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Last modified: May 24, 2002
NCBI Molecular Biology Data Model

[May 24, 2002] From the March 16, 2001 document "NCBI Data in XML" (not yet updated to reflect use of XML Schemas):

Roughly ten years ago, NCBI chose a language called Abstract Syntax Notation 1 (ASN.1) for describing and exchanging information in a manner similar to the ways XML is now used. ASN.1 came out of the telecommunications industry and is a compact binary encoding intended for both human readable text as well as integers, floating point numbers, and so on. While this is "software friendly" it is less accessible to users familiar with HTML and other text based languages. Tools for ASN.1 have largely stayed within the commercial telecommunications industry while a host of public domain tools of varying character have arisen for XML and HTML.

NCBI has recently added support for XML output to its ASN.1 toolkit. An ASN.1 specification can be automatically rendered into an XML DTD. Data encoded in ASN.1 can automatically be output in XML which will validate against the DTD using standard XML tools. We hope this will make the structured sequence, map, and structure data, as well as the output of tools like BLAST, more accessible to those who wish to work in XML. We are providing XML in two basic modes. Full Data Conversion is the direct mapping of every data field used within NCBI to XML...

While the effect of Roles, Scope, and Alternate Forms results in extensive tags in the XML, it does accurately reflect the structure and use of the data. It allows XML programs to capture as little or as much of the full data structure as they wish. And once converted back from XML to structures or classes in a variety of programming languages there is minimal overhead once again. The full NCBI DTD reflects this structure. What is called the NCBI DTD actually only specifies the basic data structures for publications, sequences, maps, alignments, and structures. These same elements are reused in different roles in many services as well, such as BLAST which produces alignments (defined in the NCBI DTD) as well as other elements specific to BLAST. We have not copied all the referenced modules into a DTD for every service as a practical matter, although we can produce XML output from any ASN.1 interface.

[May 24, 2002]   XML Schemas for the NCBI Molecular Biology Data Model.    A posting from H. Kaiser Yang reports on the release of thirty-one (31 ) draft XML Schema files and six corresponding sample XML bio-sequence files from the NCBI's data modeling research. The US National Center for Biotechnology Information supports a "multi-disciplinary research group comprised of computer scientists, molecular biologists, mathematicians, biochemists, research physicians, and structural biologists concentrating on basic and applied research in computational molecular biology." NCBI has used ASN.1 [Abstract Syntax Notation One] "for the storage and retrieval of data such as nucleotide and protein sequences, structures, genomes, and MEDLINE records; it permits computers and software systems of all types to reliably exchange both the data structure and content." The draft XML schemas are orthogonal to the DTDs in current use, and will replace the DTDs in the next version of the database toolkit. NCBI earlier "added support for XML output to its ASN.1 toolkit such that an ASN.1 specification could be automatically rendered into an XML DTD; data encoded in ASN.1 can then be output automatically in XML which will validate against the DTD using standard XML tools." [Full context]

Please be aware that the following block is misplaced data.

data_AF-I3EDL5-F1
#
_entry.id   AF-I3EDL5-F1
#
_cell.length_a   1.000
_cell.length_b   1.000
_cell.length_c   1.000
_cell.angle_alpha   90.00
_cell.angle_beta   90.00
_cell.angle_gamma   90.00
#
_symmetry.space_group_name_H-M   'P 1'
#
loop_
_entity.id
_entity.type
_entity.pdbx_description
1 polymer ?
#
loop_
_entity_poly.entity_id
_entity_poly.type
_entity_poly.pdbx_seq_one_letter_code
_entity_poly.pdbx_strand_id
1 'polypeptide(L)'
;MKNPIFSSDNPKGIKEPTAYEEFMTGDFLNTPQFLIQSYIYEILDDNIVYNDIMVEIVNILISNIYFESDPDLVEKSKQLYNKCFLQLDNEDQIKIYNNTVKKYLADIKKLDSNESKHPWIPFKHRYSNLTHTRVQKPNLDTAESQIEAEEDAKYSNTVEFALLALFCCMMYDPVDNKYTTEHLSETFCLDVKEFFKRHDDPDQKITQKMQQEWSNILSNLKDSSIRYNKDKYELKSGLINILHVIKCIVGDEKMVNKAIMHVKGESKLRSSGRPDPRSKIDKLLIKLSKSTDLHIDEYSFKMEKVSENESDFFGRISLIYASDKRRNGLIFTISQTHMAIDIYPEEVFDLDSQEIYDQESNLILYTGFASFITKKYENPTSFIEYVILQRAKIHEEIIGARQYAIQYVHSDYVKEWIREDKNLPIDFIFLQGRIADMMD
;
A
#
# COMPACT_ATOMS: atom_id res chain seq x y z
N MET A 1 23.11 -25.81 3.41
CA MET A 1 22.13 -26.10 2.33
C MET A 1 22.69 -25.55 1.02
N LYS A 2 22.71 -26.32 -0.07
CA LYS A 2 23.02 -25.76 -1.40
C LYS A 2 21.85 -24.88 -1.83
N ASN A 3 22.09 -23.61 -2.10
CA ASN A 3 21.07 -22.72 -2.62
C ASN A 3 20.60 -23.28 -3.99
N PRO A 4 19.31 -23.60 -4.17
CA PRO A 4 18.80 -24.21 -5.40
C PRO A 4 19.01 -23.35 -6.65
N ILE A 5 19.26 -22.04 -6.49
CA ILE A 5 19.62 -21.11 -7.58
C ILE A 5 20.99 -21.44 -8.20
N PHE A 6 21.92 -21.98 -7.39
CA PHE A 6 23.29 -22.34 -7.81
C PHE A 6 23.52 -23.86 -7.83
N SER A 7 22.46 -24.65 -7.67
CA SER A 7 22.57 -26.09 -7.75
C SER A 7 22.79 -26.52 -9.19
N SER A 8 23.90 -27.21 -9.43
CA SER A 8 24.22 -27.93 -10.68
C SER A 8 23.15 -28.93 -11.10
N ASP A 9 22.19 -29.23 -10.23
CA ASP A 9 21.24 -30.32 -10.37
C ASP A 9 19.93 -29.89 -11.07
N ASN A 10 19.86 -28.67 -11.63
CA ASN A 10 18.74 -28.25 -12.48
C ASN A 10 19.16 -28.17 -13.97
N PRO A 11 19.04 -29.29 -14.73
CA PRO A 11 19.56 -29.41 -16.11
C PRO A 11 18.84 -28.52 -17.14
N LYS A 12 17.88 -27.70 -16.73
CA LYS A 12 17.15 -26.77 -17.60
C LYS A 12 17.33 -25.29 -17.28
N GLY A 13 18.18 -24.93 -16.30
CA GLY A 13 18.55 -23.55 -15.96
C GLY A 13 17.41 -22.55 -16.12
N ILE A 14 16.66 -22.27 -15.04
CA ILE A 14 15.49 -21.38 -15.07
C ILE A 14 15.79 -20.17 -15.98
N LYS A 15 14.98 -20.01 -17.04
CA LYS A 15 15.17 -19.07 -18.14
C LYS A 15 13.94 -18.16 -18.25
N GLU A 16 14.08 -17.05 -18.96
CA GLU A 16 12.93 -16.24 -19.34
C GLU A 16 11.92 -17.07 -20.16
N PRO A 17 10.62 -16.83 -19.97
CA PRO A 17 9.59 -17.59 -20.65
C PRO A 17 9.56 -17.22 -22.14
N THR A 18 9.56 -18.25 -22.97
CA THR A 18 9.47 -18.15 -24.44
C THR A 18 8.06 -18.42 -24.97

Historic - NCBI Records

From 1997-11-18]

The National Center for Biotechnology Information (NCBI), organized under the National Library of Medicine and National Institutes of Health, uses SGML encoding in the structuring and interchange of bibliographic information and associated metadata for PubMed. "PubMed is NLM's search service to access the 9 million citations in MEDLINE and Pre-MEDLINE (with links to participating on-line journals), and other related databases." The service was inaugurated in June, 1997, "officially announced at a Capitol Hill press conference by Vice President Gore, Senators Harkin and Specter and the Directors of NIH, NLM and NCBI."

The use of SGML encoding in the communication format from publishers (while simple) is significant in light of the magnitude of the database: the delivery of MEDLINE access through PubMed "makes available the world's largest medical database -- more than nine million medical articles from 70 different countries [...] -- to consumers, health professionals, medical librarians, and scientists around the globe. Over 30,000 people a day are using MEDLINE, and the database is growing at a rate of 1,000 citations a day. Presently, full text of about 100 scientific journals is linked to PubMed, and hundreds more journals are expected to be online in the coming months.

Within PubMed, SGML encoding is the "standard data format for publishers to use in submitting citation data to NCBI for processing into the MEDLINE or PubMed databases."


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